He also co-wrote and directed 2011’s Win Win based on his experiences as a wrestler at New Providence High School.

McCarthy’s most recent film, the independent drama film Spotlight, received widespread acclaim following its release in 2015. The film received six Academy Awards nominations, three Golden Globe Awards nominations, two Screen Actors Guild Awards nominations, and eight Critics’ Choice Movie Awards nominations.

McCarthy directed the first two episodes of 13 Reasons Why, from Anonymous Content and Paramount Television. The show is based on the 2007 New York Times bestselling YA book by Jay Asher.[16]

Year Title Credit Notes
Director Writer Producer
2003 The Station Agent Yes Yes BAFTA Award for Best Original Screenplay
2007 The Visitor Yes Yes
2009 Up Story Nominated – Academy Award for Best Original Screenplay
2011 Win Win Yes Yes Yes
2014 Million Dollar Arm Yes
The Cobbler Yes Yes Yes
2015 Spotlight Yes Yes Academy Award for Best Original Screenplay
Nominated – Academy Award for Best Director
Nominated – Golden Globe Award for Best Director
Nominated – Golden Globe Award for Best Screenplay
2018 Christopher Robin[17] Yes
The Nutcracker and the Four Realms Uncredited Rewrites on reshoots[18]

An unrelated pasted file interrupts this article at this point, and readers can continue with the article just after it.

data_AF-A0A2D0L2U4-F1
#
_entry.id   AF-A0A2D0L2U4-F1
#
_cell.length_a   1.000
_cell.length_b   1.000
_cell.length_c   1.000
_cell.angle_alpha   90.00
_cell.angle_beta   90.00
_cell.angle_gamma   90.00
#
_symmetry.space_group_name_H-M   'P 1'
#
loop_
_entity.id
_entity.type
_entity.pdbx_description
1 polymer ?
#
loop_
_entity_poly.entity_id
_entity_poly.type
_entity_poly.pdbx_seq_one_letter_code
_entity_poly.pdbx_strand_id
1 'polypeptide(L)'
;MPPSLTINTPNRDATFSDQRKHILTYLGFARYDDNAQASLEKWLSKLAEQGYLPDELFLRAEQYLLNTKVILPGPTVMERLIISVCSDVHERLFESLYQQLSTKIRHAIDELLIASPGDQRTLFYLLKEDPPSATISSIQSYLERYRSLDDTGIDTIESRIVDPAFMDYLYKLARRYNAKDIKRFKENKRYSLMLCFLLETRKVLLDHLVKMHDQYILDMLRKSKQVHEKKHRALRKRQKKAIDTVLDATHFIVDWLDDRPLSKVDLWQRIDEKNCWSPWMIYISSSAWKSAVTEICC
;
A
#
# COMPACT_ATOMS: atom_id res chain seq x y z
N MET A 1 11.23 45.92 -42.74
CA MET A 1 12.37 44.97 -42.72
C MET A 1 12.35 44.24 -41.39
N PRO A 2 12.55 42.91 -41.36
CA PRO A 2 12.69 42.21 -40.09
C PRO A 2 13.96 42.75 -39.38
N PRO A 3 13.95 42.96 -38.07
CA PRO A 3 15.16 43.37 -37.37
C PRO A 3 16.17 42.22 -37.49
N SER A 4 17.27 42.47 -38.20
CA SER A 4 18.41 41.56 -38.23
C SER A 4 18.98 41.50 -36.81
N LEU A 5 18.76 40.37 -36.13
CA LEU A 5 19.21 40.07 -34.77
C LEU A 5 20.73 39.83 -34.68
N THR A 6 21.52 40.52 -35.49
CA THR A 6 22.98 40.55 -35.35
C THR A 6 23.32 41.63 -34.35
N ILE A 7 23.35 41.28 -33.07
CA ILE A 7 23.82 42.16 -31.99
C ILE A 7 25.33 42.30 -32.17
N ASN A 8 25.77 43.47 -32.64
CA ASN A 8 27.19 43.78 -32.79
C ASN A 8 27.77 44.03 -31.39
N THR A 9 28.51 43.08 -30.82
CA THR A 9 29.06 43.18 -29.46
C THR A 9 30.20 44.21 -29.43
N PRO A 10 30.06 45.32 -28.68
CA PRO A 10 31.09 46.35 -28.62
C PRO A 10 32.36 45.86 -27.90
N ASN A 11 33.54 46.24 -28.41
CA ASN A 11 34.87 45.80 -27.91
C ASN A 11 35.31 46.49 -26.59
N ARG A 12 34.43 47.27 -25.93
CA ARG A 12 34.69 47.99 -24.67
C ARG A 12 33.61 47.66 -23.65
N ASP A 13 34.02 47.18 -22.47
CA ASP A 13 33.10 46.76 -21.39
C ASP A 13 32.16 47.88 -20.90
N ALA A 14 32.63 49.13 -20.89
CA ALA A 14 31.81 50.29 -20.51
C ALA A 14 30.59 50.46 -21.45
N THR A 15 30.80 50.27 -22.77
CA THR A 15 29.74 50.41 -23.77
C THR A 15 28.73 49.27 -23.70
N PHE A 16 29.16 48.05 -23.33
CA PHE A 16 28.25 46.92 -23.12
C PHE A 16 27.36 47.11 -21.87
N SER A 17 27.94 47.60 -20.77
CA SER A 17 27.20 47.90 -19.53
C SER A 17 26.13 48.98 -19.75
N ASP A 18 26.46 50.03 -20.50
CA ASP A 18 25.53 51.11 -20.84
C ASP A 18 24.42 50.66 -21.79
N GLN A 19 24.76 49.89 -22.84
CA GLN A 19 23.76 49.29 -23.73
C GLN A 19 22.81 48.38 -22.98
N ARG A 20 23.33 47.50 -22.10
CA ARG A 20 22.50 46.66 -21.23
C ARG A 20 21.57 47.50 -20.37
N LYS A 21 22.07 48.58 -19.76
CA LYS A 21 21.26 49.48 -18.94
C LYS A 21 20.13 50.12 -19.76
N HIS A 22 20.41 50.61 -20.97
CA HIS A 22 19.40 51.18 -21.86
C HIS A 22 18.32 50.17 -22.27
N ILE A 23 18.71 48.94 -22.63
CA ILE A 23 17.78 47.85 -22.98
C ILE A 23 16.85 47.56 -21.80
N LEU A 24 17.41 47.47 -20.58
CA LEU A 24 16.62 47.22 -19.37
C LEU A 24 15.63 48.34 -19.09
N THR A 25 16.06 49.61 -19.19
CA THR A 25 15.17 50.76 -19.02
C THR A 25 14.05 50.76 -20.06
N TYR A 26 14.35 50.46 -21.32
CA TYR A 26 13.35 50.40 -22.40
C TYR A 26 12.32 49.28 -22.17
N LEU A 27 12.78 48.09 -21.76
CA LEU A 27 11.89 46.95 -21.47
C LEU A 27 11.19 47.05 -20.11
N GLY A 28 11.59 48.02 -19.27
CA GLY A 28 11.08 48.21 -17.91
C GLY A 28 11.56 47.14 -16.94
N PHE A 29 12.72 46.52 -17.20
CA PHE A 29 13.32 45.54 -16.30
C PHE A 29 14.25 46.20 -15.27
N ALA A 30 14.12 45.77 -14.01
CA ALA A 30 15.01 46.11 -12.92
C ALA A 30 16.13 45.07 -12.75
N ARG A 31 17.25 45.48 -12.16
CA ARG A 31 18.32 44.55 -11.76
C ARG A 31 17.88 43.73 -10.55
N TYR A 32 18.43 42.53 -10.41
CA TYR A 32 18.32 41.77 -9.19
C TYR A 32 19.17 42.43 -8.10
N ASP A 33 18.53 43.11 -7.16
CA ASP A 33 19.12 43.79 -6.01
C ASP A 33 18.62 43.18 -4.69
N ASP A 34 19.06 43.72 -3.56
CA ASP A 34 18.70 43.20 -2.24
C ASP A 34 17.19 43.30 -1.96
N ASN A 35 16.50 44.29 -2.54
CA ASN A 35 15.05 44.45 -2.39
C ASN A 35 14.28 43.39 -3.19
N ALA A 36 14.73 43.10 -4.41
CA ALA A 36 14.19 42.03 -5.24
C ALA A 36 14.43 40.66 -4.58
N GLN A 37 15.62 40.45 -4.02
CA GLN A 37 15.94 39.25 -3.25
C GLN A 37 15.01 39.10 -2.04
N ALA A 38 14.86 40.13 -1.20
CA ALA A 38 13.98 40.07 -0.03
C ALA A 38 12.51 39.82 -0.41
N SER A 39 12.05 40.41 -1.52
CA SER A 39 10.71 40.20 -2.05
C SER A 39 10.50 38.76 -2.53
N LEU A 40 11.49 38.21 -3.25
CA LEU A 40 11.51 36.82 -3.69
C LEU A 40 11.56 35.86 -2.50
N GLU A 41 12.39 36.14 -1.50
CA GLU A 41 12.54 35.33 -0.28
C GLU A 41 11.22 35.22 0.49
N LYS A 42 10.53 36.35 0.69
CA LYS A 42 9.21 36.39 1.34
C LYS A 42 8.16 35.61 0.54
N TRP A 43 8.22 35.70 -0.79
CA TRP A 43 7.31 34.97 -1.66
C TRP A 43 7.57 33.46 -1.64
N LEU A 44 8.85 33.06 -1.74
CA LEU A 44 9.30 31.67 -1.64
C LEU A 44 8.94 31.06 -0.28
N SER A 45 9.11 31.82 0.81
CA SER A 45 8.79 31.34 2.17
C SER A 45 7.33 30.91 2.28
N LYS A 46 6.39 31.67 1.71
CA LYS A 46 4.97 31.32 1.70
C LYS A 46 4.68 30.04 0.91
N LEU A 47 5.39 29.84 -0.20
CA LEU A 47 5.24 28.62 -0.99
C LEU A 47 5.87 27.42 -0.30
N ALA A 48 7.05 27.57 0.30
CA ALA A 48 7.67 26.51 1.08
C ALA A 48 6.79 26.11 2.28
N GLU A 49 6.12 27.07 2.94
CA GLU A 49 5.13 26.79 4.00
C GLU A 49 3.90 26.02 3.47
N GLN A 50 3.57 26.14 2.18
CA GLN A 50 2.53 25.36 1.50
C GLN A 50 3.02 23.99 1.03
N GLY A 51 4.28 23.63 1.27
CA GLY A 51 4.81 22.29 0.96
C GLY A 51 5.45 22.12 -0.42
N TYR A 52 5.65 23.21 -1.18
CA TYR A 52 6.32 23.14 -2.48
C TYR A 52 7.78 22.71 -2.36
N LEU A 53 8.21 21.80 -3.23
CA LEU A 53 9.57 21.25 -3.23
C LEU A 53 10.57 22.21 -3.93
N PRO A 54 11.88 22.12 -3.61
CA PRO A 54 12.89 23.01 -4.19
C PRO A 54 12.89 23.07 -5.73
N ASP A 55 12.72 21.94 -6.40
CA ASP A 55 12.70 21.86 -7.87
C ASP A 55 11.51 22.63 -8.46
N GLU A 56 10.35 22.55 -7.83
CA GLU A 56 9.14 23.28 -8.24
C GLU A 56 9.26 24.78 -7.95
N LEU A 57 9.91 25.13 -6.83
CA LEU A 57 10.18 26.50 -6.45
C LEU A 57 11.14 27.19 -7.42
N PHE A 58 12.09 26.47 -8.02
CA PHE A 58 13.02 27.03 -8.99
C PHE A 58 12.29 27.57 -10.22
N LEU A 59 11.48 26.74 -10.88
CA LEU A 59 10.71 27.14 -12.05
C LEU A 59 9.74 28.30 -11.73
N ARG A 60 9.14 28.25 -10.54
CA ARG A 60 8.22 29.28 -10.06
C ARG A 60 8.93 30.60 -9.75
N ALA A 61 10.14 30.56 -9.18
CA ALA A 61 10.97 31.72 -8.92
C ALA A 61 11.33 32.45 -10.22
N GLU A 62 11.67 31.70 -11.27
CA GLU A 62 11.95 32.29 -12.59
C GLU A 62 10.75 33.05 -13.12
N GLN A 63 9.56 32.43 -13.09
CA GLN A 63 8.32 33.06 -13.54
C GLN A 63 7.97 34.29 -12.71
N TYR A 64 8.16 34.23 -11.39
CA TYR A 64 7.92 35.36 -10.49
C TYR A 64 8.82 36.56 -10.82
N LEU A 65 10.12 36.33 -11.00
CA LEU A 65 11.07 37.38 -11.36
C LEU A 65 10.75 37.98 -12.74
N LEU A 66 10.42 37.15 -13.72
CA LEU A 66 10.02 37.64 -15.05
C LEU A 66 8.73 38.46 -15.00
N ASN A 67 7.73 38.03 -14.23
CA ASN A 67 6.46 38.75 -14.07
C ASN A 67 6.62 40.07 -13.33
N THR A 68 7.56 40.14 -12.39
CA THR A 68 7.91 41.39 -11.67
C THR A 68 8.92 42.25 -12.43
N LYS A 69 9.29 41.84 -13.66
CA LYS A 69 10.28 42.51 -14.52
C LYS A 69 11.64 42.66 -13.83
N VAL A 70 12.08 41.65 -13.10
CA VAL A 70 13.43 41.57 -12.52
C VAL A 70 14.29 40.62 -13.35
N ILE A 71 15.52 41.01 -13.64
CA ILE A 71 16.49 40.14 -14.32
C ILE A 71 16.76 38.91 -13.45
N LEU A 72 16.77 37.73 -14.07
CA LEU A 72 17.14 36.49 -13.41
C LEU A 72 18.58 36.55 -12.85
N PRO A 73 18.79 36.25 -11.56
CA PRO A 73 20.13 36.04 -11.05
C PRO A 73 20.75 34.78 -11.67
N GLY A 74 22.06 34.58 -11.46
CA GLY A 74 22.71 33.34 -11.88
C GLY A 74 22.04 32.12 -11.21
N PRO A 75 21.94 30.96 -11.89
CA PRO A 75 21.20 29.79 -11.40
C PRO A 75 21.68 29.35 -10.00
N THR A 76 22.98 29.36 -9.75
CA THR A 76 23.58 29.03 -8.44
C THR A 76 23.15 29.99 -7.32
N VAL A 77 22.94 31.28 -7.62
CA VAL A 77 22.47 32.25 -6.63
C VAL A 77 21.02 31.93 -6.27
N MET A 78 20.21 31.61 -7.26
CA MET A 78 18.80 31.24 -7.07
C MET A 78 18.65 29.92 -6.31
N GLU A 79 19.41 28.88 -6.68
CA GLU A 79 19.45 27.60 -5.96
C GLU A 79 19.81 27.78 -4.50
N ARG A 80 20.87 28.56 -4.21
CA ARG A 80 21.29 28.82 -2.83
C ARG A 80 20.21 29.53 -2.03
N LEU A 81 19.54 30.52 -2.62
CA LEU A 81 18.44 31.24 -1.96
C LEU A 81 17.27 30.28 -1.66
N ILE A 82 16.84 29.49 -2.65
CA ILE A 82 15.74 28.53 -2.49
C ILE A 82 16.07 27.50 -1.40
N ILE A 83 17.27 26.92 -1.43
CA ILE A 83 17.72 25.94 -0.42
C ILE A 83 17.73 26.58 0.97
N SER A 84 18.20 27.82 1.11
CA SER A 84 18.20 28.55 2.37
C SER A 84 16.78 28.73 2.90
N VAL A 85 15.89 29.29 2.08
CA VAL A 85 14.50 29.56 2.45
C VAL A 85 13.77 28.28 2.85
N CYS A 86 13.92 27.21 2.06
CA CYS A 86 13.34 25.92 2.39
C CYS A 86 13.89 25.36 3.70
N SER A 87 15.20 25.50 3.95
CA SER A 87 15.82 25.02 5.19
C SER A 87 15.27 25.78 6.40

2020 Timmy Failure: Mistakes Were Made Yes Yes Yes
TBA Stillwater Yes Yes Yes Post-production
Acting credits
Year Title Role Notes
1992 Crossing the Bridge Chris
1993 Rift Bartender #1
1997 Conspiracy Theory Helicopter Spotter
1999 In My Sister’s Shadow Michael Butler
30 Days Brad Drazin
2000 Certain Guys Mitch
Meet the Parents Dr. Robert “Bob” Banks
2002 The Guru Lars
2004 The Last Shot Agent Pike
2005 Good Night, and Good Luck Palmer Williams
Syriana Fred Franks
The Great New Wonderful David Burbage
2006 All the King’s Men Editor
The Situation Major Hanks
Beautiful Ohio Older William Messerman
Flags of Our Fathers James Bradley
2007 Year of the Dog Pier
Michael Clayton Walter Voice only
2008 Baby Mama Kate’s Date
2009 Mammoth Bob
Duplicity Jeff Bauer
The Lovely Bones Principal Caden
2012 Gordon Silberman
2010 Jack Goes Boating Dr. Bob
Fair Game Jeff
Little Fockers Dr. Bob
2015 Pixels Michael the Robot
Year Title Credit Notes
Director Writer Producer
2010 Game of Thrones Yes Unaired pilot
2011 Consulting Episode “Winter Is Coming”
2017 13 Reasons Why Yes Executive Episodes “Tape 1, Side A” and “Tape 1, Side B”
2019 The Loudest Voice Yes Executive Also creator
Acting credits
Year Title Role Notes
1996 Mary & Tim Tim Melville [19]
New York Undercover Gus Farina Episode “Toy Soldiers”
1998 Saint Maybe Ian Bedloe
Spin City Priest Episode “Bye, Bye, Birdie”
2000 D.C. Joseph Scott Episode “Truth”
Law & Order: Special Victims Unit Nick Ganzer Episode “Contact”
Ally McBeal Peter Hanks Episode “Do You Wanna Dance?”
2000–2001 Boston Public Kevin Riley 14 episodes
2001 The Practice Episode “The Day After”
2002–2008 Law & Order Donald Housman 3 episodes
2008 The Wire Scott Templeton 10 episodes
2020 Little America Professor Robbins